23 May 2016 - Janet Bird
The number of vacant shops in the UK fell to its lowest level in seven years last month.
The national shop vacancy rate stood at 12.4 percent in April, the lowest level since 2009 and 0.6 percent less than during the same period in 2015, according to statistics from the Local Data Company (LDC).
Year on year, town centre vacancy rates fell 0.5 percent, though Scotland saw an increase of 0.8%.
Shopping centre vacancies also dropped by 1.4 percent, with the Northeast and Scotland seeing the biggest reductions. However, Wales saw a 0.2 percent rise.
The picture was more varied when it came to retail park vacancies. While the Midlands saw a 3.5 percent fall, Scotland experienced an increase of 0.4 percent.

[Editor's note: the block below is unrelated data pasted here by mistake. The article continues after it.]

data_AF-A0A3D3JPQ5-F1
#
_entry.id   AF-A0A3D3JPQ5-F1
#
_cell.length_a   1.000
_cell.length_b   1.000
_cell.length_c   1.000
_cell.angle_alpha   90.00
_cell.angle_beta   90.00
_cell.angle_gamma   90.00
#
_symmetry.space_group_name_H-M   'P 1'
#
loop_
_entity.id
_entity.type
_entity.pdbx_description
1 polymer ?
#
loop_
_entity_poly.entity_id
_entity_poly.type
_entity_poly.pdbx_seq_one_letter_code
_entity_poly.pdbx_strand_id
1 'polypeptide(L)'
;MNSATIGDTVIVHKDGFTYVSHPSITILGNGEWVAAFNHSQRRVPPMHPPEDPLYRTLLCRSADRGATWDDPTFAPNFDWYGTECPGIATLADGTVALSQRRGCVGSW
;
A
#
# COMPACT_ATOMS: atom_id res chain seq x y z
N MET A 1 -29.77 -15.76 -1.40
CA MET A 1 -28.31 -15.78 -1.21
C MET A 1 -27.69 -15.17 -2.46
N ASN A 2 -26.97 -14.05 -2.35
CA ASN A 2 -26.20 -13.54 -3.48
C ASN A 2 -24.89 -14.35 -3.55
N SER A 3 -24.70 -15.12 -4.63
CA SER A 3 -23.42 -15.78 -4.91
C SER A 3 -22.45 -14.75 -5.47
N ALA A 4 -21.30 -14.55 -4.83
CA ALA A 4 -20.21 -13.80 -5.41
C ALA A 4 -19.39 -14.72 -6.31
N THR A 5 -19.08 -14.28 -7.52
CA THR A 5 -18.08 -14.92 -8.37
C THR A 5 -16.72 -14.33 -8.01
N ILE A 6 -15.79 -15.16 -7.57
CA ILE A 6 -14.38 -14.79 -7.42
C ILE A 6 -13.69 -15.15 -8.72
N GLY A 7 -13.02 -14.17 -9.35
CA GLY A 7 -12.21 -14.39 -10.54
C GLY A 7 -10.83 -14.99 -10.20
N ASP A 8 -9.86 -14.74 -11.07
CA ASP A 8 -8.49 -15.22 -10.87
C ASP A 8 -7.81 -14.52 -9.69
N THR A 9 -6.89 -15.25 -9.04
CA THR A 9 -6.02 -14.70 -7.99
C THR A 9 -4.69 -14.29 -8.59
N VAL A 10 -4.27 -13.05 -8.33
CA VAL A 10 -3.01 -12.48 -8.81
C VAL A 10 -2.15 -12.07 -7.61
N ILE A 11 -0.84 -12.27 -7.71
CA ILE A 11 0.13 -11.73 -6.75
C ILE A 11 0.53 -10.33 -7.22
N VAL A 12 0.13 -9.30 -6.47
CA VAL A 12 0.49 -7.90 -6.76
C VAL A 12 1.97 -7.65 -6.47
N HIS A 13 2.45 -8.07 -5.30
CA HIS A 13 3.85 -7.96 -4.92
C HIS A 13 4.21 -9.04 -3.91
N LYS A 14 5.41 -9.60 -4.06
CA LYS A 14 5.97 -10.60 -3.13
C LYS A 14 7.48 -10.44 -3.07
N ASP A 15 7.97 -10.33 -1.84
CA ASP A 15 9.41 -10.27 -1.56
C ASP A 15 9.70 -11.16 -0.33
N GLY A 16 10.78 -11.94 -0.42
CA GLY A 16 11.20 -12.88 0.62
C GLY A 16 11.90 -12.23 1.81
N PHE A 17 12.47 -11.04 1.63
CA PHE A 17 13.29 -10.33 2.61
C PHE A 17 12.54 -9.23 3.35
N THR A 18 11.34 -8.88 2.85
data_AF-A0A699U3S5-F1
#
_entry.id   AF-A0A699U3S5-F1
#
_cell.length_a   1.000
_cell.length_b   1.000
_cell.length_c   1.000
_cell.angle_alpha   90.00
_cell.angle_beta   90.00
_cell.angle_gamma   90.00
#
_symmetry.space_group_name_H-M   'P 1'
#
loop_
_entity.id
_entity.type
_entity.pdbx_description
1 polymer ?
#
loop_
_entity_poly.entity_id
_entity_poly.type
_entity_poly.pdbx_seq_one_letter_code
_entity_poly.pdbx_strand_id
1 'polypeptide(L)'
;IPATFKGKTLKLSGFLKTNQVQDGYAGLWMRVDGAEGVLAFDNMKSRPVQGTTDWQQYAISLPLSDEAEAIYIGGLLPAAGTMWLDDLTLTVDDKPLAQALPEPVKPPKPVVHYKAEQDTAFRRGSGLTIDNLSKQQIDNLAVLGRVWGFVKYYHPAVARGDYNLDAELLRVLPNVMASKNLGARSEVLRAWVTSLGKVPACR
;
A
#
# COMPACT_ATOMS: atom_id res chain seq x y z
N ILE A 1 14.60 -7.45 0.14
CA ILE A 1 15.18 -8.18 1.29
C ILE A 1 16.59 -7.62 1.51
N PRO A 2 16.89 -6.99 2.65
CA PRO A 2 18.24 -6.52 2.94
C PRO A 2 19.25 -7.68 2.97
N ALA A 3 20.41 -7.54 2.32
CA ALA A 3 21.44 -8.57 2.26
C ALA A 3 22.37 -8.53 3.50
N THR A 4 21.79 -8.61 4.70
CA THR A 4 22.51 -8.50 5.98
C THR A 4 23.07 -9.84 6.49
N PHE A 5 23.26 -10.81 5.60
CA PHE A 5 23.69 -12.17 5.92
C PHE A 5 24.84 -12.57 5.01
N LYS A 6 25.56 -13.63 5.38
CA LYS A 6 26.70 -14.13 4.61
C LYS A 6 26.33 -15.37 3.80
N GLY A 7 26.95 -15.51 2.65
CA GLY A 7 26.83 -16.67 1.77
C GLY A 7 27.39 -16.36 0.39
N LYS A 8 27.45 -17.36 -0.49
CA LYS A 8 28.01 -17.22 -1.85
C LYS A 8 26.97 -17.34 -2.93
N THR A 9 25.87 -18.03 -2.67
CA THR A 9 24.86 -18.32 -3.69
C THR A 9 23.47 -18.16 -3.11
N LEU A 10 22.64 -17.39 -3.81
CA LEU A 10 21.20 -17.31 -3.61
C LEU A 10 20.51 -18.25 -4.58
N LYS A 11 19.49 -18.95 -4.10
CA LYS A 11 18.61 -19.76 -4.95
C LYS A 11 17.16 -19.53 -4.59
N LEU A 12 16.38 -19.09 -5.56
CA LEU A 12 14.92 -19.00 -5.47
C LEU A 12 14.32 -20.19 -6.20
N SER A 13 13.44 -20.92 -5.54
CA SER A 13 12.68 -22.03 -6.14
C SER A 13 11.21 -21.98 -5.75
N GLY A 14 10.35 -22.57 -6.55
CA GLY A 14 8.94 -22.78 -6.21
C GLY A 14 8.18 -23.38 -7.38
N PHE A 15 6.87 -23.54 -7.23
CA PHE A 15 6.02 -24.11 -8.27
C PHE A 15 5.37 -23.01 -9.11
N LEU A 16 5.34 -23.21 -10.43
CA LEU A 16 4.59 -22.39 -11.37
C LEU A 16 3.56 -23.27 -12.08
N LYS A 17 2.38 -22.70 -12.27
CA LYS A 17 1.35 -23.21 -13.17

The overall reduction in the shop vacancy rate is believed to have been driven by two main factors - a fall in the number of units becoming vacant, which was down 16 percent compared to April 2015, and an increase of 76 percent in the number of vacant retail premises being put to alternative uses.
LDC said the growing recognition by landlords and local authorities that shops unoccupied for more than three years were unlikely ever to be reoccupied, and therefore should be used in another way, was to be welcomed.